Note: The first time you create a Tissue, bone or cloth in an empty Maya session, a solver node will automatically be created. The solver node appears in the scene as a custom locator node with three axes (shown below), and in addition to holding all of the global solver parameters, is also responsible for visualizing all of our custom drawing.

By default, our solver node will be scaled to match the current Maya units. One of the axes has a “1m” at the end, showing what Ziva VFX considers to be 1 meter. In the example below, the character is something like 1.5 meters tall. This ‘real world scale’ should be considered with your own characters. You can simply scale the solver to adjust ‘how big’ Ziva VFX considers your Tissues to be.

Requirements for geometry being converted to Tissue:

1. Must be manifold.

2. Must not have extremely thin triangles.

3. Positive volume. If mesh is contiguous (water tight) all normals should be pointing outward for collisions to work correctly.

You can test a mesh before converting it to Tissue by selecting it and running the following MEL command zMeshCheck.

Creating a Bone¶

Typically a geometric mesh representing a bone in an anatomical skeleton for e.g. the humerus bone. As opposed to Tissues, bones are kinematic objects; Generally speaking, Tissues are attached to bones. As the bones move, the Tissues respond.

1. Select a polygonal mesh that is not already a Tissue or Cloth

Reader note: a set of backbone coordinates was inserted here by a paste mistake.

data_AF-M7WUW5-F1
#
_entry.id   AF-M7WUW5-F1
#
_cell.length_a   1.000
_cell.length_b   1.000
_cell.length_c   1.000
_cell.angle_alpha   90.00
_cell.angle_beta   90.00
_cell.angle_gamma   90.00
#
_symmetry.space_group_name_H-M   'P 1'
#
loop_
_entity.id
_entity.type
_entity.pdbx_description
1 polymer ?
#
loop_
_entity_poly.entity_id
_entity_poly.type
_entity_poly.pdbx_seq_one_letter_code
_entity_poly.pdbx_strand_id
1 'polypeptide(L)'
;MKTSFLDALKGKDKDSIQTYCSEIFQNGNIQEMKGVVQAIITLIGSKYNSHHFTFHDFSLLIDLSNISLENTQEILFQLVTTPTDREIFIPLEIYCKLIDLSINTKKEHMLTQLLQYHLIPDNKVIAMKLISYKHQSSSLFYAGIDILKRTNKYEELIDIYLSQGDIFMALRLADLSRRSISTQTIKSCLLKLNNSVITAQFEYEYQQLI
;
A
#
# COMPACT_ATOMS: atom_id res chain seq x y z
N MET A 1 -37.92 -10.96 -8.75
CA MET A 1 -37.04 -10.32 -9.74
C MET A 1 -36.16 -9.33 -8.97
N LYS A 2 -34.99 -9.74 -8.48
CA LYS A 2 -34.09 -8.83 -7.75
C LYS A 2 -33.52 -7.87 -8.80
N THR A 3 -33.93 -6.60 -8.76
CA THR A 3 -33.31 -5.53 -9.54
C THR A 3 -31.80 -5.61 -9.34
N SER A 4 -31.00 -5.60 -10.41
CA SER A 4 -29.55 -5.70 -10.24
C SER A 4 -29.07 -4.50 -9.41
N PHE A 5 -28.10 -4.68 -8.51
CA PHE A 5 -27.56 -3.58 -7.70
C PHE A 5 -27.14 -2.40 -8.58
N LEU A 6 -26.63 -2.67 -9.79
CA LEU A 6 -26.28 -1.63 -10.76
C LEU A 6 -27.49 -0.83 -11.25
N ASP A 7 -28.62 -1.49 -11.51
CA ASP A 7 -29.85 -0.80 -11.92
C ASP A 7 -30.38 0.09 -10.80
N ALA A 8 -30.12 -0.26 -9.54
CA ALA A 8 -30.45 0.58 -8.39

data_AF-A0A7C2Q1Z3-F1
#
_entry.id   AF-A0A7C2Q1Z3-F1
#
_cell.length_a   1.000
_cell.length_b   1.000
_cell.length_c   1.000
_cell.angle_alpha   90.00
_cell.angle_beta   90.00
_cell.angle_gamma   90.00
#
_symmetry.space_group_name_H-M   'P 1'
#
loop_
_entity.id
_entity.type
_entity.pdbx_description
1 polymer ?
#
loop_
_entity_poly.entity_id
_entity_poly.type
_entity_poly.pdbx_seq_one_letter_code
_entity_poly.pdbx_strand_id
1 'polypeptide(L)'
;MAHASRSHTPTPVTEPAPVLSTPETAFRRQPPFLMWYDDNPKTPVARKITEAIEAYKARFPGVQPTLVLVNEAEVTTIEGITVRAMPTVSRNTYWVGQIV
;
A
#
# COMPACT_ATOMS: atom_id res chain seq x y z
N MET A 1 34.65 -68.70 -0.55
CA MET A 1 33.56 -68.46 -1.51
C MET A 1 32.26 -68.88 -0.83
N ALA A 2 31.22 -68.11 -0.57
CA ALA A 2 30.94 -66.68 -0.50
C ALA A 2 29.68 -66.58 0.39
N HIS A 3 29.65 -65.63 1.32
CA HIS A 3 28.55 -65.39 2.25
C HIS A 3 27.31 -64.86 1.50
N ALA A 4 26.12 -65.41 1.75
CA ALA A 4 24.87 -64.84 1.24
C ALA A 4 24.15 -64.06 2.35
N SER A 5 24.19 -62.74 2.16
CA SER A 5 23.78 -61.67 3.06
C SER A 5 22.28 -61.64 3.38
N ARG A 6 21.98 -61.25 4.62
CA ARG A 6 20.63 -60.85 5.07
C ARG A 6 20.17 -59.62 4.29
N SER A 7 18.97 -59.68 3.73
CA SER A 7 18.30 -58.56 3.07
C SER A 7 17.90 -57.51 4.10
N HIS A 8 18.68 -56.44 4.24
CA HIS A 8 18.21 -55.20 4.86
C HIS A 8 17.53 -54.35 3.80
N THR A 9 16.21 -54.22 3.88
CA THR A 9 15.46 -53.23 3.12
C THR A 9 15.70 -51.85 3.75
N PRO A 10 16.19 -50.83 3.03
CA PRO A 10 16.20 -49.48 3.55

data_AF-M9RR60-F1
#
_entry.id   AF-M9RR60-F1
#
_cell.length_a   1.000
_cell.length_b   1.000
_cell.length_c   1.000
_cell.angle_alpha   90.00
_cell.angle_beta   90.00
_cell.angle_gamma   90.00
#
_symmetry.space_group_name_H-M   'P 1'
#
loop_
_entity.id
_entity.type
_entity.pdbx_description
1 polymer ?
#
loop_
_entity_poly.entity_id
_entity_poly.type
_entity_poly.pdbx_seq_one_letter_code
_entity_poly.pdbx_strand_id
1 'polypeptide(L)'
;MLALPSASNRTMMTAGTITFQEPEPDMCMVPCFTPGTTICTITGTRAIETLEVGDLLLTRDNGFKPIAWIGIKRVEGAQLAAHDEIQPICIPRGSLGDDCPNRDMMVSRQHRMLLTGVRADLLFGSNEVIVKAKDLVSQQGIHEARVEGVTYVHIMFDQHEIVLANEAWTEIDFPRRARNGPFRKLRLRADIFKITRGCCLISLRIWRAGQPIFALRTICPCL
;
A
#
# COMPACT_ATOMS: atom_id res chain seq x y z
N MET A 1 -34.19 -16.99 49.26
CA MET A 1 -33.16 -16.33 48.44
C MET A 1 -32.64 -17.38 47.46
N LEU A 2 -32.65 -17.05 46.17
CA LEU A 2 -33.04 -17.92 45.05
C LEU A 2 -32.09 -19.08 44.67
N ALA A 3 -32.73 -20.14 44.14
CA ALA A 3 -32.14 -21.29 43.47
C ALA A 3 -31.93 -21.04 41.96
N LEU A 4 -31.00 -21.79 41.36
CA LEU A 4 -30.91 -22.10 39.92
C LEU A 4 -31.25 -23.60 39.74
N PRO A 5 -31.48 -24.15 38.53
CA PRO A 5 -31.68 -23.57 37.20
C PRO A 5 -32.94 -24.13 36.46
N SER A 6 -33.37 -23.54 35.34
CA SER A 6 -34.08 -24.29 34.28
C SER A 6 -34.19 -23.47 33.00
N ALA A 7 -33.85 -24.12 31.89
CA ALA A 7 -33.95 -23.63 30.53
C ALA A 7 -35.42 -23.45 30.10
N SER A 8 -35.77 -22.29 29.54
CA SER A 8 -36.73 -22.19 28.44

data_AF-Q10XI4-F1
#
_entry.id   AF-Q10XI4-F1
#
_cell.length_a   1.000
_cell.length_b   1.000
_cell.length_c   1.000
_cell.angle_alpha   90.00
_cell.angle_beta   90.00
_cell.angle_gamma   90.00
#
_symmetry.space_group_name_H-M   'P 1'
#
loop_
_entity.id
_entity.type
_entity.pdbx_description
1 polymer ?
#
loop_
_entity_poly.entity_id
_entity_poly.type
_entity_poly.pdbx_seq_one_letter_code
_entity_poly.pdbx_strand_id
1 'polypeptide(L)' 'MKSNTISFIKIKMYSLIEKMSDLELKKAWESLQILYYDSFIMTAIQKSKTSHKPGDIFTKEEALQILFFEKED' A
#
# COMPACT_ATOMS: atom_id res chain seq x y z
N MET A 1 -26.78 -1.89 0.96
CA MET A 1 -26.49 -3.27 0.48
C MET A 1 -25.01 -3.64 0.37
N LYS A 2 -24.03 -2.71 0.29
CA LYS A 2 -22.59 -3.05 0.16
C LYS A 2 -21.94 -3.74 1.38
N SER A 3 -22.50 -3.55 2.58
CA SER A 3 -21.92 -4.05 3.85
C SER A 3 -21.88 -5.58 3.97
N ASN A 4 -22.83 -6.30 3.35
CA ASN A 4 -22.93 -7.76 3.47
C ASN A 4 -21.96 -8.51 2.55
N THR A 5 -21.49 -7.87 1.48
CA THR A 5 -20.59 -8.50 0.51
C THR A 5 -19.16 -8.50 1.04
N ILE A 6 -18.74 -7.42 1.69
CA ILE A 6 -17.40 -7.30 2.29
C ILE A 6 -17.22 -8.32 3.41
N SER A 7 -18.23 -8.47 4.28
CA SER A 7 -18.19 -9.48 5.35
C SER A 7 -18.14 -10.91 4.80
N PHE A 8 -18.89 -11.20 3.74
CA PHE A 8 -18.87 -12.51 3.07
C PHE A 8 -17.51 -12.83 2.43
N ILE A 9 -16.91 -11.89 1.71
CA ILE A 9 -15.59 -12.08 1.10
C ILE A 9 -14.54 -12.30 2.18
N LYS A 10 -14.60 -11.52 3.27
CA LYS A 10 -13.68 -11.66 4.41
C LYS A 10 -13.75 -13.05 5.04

2. Convert the selected mesh into a bone: ZivaBone

From here you are free to manipulate the bone as you like. You can make deformers, key the transforms etc. You can do this before or after you have converted the mesh to a bone.

Note

Best practice is to animate your bones in a separate file (called the bone rig, or puppet, bake out the bone animation, and import as alembic into your muscles setup).

• Many of Maya’s nodes create unpredictable behaviour on subframes. Ziva VFX needs to know where bones are on subframes in order to compute bones correctly.

• No Ziva VFX license required for animation puppet.

• Scenes are lighter.

Requirements for geometry being converted to a Bone:

1. Must be manifold.

2. Must not have extremely thin triangles.

3. Positive volume. If mesh is contiguous (water tight) all normals should be pointing outward for collisions to work correctly.

You can test a mesh before converting it to a Bone by selecting it and running the following MEL command zMeshCheck.

Creating a Cloth¶

Ziva Cloth is primarily designed to provide high level, realistic wrinkling detail at the skin level.

1. Select the mesh you want to convert into cloth, and run: ZivaCloth

Requirements for geometry being converted to Cloth:

1. Must be manifold.

2. Must not have extremely thin triangles.